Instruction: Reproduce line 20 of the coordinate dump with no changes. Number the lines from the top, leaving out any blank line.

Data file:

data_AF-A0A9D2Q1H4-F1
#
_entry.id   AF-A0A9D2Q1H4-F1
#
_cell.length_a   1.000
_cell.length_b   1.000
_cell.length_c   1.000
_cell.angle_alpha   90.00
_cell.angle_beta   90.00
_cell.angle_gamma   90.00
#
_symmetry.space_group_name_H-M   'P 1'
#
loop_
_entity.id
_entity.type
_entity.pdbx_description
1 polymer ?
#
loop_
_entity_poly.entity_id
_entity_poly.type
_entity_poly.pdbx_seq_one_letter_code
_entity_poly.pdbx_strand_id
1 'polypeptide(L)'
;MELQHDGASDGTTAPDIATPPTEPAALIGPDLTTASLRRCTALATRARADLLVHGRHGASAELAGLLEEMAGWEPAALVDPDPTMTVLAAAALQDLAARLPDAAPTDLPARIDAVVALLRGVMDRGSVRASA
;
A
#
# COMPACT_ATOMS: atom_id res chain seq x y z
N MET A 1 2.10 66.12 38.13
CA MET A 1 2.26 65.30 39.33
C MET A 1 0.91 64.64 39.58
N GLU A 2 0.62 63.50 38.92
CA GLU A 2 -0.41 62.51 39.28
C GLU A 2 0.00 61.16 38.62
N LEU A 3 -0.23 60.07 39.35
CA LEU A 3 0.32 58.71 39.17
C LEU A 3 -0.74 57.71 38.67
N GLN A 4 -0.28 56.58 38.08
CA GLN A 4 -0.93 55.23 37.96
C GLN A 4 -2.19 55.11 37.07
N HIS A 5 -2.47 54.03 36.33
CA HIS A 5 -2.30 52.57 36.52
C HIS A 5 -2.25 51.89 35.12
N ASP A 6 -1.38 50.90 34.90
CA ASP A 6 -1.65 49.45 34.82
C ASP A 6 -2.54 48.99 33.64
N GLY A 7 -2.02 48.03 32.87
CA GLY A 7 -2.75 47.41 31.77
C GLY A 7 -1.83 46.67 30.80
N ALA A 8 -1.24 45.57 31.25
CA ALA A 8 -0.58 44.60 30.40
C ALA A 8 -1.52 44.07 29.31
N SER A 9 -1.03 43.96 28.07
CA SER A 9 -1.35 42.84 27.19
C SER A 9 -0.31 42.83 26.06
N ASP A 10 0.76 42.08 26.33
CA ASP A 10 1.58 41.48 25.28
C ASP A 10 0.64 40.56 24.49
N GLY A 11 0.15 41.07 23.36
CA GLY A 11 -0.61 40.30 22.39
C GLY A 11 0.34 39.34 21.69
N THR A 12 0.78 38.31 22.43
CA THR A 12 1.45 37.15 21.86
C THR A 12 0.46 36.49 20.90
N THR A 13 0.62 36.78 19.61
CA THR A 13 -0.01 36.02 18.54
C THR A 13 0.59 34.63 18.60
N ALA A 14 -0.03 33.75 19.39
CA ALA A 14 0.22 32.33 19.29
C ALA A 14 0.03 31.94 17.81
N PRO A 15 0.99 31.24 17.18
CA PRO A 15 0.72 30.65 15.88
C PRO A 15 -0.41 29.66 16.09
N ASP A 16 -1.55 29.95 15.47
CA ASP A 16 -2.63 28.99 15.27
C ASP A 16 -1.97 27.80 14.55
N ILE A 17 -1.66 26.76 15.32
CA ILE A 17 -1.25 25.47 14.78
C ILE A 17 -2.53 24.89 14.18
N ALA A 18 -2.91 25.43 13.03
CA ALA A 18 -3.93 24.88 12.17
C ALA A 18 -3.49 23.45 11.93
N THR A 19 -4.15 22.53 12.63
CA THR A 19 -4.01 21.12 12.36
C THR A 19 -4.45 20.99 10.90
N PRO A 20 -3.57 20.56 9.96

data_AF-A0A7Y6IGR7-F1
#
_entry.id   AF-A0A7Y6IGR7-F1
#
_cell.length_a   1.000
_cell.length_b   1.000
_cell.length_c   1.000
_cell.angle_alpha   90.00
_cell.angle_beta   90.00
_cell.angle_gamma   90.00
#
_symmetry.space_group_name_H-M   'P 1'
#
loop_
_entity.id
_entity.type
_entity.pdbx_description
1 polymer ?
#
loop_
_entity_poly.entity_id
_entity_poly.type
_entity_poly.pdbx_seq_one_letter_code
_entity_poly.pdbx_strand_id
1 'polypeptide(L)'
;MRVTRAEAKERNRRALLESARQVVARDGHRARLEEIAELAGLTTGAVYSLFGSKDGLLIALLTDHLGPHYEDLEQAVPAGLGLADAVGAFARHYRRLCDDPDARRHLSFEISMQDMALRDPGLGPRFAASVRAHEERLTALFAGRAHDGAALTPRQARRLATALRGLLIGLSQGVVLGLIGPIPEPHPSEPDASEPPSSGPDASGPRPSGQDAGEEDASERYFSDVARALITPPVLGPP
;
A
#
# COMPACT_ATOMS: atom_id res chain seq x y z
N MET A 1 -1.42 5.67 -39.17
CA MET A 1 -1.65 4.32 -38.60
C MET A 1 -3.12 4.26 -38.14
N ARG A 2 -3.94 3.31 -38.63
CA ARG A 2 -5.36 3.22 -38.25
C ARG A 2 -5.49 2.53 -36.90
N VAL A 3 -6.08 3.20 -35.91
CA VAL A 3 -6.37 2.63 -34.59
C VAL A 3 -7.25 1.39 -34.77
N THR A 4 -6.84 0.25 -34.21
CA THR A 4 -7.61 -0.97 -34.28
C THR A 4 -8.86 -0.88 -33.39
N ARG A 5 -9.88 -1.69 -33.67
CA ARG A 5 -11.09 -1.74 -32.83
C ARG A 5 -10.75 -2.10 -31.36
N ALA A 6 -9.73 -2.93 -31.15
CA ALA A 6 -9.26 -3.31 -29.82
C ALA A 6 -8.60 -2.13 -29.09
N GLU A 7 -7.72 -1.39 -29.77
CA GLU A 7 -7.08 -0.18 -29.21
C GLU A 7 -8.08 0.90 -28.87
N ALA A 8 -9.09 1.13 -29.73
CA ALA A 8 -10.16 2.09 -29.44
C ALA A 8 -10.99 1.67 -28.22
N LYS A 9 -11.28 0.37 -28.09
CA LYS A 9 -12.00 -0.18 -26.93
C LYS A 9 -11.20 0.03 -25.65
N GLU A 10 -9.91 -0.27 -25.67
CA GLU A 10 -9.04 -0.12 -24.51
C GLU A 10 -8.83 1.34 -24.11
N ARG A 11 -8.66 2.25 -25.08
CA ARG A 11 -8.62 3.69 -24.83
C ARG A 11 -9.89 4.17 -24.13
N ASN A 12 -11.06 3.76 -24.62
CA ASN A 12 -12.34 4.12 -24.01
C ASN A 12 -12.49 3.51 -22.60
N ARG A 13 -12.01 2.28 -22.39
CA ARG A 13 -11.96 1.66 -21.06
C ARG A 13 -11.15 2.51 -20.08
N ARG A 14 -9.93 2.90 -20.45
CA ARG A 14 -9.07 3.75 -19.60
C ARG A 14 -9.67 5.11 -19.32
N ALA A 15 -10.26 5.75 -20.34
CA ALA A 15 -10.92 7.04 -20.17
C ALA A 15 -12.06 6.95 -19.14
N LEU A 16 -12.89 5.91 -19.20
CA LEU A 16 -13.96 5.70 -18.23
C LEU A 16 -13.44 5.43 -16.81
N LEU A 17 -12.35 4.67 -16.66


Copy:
loop_